The Genteel
December 13, 2017
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Source: rom.on.ca.
Viktor&Rolf dolls
Source: tmagazine.blogs.nytimes.com.

"Viktor&Rolf Dolls" recently opened at the Royal Ontario Museum (ROM) in Toronto as part of the 7th annual Luminato Festival, the city's arts and creativity festival. Featuring 31 handmade porcelain dolls wearing precisely scaled-down garments - five of which have never before been seen in public - every aspect of every doll is a replica of an original creation by designers Viktor Horsting and Rolf Snoeren.

Widely known for their conceptual aesthetic, art-house designs and whimsically provocative runway shows, the duo considers the pint-sized project a creative way to preserve their work - a miniature retrospective of sorts. Arranged on a tiny catwalk designed in collaboration with award-winning Dutch-Belgium design studio, Studio Job, the result is extraordinarily eccentric and enchanting. 

Since 2008, the Dutch designers have chosen one or two iconic looks from each collection and miniaturised them to fit 70 centimetre porcelain dolls. Originally a retrospective for the Barbican Art Gallery in London, the project has become their labour of love. From the dolls' eyes, makeup and hair to the fabrics, fashions and accessories, every detail has been meticulously scaled down to create exact reproductions of the runway originals. The dolls wear some of Viktor&Rolf's most memorable designs, even depicting the actual models that originally wore the designs on the runway. "What we wanted to emphasize with the work that we make [is] even though they're separate collections and every season is something new, at the same time to us, our work is also one whole," explained Horsting to the National Post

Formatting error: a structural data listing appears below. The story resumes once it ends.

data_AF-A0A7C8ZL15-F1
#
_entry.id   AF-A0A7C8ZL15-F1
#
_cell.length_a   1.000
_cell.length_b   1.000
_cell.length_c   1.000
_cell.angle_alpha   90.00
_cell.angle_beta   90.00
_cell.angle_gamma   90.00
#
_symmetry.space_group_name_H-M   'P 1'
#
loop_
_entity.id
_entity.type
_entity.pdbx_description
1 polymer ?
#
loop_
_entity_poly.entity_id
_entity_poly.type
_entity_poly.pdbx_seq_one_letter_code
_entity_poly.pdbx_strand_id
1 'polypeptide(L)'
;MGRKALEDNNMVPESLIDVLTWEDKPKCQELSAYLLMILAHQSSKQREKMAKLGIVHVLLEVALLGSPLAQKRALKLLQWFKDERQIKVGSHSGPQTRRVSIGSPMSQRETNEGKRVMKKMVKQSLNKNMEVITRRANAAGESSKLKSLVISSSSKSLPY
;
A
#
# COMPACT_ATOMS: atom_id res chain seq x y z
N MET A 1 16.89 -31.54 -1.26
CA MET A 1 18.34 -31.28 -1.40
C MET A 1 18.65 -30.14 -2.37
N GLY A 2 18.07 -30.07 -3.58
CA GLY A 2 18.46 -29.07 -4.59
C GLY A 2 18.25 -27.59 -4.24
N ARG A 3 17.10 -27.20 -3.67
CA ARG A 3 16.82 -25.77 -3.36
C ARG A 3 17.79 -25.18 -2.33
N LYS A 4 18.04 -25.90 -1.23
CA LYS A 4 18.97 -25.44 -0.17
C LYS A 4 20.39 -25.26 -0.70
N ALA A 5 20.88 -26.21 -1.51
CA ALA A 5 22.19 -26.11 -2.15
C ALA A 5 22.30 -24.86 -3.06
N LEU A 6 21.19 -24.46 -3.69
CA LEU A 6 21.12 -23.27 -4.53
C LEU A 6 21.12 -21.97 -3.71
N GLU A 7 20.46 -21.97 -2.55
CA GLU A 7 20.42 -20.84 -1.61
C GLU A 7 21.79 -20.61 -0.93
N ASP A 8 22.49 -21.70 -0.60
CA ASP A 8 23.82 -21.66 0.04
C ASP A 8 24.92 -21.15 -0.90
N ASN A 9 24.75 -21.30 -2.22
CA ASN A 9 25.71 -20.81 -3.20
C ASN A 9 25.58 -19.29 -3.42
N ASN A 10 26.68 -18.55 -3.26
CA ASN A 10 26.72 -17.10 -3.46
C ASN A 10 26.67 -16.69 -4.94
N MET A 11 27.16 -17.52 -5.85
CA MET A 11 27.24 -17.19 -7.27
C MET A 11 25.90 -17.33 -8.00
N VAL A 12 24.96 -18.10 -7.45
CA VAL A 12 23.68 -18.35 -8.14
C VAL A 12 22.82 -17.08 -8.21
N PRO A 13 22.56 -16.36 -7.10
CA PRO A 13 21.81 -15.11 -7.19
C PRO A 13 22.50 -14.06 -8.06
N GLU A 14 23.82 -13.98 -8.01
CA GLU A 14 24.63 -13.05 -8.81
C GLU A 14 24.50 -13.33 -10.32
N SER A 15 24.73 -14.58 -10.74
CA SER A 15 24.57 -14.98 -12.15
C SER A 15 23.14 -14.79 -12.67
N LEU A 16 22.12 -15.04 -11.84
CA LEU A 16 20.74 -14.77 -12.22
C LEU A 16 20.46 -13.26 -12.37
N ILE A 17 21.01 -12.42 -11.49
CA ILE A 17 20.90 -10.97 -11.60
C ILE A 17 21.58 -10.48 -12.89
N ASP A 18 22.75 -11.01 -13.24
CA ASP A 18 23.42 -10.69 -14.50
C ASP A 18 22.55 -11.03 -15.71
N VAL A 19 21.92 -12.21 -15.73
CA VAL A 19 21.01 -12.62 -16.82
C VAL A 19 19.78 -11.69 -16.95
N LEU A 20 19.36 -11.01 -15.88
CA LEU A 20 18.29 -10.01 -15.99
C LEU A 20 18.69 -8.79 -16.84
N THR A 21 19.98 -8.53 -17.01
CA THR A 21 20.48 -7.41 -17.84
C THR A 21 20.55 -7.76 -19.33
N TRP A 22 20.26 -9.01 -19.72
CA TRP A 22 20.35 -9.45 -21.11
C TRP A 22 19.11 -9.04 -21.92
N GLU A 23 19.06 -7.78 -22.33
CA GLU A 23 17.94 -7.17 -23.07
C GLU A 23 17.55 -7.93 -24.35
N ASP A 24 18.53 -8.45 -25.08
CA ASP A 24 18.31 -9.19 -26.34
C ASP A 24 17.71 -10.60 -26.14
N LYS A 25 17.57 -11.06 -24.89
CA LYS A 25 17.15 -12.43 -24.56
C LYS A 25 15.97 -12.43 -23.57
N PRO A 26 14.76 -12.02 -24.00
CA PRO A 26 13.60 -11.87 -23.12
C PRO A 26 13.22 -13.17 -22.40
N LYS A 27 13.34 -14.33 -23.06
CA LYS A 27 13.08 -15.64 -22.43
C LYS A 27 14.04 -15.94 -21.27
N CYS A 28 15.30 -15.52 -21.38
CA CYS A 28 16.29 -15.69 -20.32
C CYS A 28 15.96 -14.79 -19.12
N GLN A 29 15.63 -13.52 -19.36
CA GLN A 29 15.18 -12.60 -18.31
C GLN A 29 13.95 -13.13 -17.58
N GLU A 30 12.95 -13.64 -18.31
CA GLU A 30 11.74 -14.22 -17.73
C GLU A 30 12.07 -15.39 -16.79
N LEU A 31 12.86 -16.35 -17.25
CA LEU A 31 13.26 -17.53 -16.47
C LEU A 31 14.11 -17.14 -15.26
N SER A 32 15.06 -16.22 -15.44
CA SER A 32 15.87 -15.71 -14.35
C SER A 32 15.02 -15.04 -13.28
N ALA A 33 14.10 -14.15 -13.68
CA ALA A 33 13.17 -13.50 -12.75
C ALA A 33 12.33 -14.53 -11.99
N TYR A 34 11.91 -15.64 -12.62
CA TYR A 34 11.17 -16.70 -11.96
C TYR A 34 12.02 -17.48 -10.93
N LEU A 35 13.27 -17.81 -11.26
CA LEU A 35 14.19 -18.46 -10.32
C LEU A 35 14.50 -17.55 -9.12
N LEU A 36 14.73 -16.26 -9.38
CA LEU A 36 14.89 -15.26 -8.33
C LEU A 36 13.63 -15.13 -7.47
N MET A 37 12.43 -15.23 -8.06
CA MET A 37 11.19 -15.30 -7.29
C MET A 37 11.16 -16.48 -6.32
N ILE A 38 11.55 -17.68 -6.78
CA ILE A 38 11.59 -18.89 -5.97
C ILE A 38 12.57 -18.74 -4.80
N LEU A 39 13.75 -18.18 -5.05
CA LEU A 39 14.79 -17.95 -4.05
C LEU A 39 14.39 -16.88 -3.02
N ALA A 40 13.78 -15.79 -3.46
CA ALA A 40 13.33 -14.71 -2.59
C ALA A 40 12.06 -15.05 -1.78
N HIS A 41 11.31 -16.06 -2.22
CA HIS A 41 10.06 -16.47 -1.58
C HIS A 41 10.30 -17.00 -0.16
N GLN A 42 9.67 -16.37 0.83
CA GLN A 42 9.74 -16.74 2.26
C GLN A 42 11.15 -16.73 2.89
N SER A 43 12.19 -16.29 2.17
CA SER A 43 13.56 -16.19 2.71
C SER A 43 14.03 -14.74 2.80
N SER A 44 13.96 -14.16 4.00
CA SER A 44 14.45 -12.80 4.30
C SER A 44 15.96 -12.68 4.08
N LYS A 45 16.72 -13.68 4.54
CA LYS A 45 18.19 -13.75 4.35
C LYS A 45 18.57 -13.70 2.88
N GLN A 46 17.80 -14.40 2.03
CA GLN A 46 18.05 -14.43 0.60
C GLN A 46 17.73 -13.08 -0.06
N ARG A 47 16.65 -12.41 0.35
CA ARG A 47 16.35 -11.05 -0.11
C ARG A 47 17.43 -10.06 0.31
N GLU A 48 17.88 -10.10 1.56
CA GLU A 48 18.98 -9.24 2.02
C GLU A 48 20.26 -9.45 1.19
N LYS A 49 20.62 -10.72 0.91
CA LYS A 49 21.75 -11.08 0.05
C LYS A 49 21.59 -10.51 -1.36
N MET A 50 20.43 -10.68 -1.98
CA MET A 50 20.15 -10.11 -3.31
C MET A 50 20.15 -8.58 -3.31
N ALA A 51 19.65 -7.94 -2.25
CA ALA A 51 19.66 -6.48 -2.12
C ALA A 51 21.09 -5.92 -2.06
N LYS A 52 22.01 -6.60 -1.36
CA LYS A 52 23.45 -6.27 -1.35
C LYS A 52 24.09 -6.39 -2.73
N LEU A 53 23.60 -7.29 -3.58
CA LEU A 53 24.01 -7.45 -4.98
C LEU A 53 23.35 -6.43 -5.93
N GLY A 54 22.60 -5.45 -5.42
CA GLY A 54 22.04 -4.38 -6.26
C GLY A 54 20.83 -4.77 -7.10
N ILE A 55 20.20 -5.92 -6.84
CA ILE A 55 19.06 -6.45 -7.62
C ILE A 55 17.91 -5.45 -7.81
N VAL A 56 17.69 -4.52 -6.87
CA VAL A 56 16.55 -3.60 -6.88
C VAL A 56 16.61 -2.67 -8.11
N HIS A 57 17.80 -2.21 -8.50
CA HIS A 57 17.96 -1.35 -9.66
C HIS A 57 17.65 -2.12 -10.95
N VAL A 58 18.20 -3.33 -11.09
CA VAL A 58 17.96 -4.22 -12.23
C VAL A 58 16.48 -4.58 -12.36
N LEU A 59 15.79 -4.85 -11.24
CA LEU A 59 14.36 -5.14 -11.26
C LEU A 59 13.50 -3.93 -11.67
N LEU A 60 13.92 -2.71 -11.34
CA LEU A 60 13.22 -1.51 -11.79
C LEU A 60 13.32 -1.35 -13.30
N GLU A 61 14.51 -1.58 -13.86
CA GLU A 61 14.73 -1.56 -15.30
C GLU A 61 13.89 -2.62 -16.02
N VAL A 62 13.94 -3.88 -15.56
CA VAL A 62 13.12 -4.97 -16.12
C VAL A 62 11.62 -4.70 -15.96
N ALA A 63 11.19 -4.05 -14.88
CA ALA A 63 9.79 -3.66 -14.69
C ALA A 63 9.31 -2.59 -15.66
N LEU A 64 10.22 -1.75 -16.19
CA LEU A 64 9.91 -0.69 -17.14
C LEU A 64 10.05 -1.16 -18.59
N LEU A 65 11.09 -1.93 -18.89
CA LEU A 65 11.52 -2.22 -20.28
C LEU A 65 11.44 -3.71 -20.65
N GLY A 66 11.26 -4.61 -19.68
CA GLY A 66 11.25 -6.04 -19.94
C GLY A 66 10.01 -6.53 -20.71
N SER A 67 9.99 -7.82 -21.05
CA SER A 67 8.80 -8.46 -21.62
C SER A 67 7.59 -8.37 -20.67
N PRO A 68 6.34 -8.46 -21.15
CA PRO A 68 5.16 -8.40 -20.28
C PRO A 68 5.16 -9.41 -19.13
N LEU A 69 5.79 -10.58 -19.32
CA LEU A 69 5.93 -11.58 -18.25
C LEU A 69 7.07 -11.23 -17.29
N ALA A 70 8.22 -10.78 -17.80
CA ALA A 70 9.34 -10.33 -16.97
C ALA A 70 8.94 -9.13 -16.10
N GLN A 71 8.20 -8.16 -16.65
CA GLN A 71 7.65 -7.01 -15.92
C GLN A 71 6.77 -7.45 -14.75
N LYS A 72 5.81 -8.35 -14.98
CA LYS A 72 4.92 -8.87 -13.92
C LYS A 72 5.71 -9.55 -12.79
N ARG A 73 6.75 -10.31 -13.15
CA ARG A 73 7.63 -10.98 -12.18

Viktor&Rolf dolls
Source: popbee.com.

Creating the doll-size garments involves significantly more work than making life-sized designs. But the designers have adopted the project as a way to increase the longevity of their creations. "What appeals especially to us about these porcelain dolls is that fashion is so disposable nowadays. It goes so fast. And it feels like we are freezing time by making all of these dolls," explained Horsting to the National Post. He added, "[It's] emphasizing the fact that an idea or a garment, if it's beautiful, it doesn't go away. It lasts."

The dolls themselves are produced at a doll factory in Belgium in a time-consuming process. Facial features are sculpted, then paint is applied to replicate the makeup the models originally wore on the runway. Then the heads are glazed five times, in order to set the various colours. The wigs are woven from human hair by a hairdresser. Seamstresses at the Viktor&Rolf studio in Amsterdam sew the dolls' garments. "The same women who work on the couture, are working on the dolls," explained Snoeren. "The dolls are our archive. We don't own all of our old creations. In some cases, museums have them; in some cases, the only copies are on the dolls," Horsting added.

The dolls are stored in Amsterdam, each one in its own little wooden box, almost like a miniature coffin. The dolls are exquisite yet somewhat disturbing. "They have a strange presence. It's almost as if they have souls," mused Snoeren, "We love things that are surreal." 


"Viktor&Rolf Dolls" runs until June 30, 2013 at the Royal Ontario Museum in Toronto, Canada.

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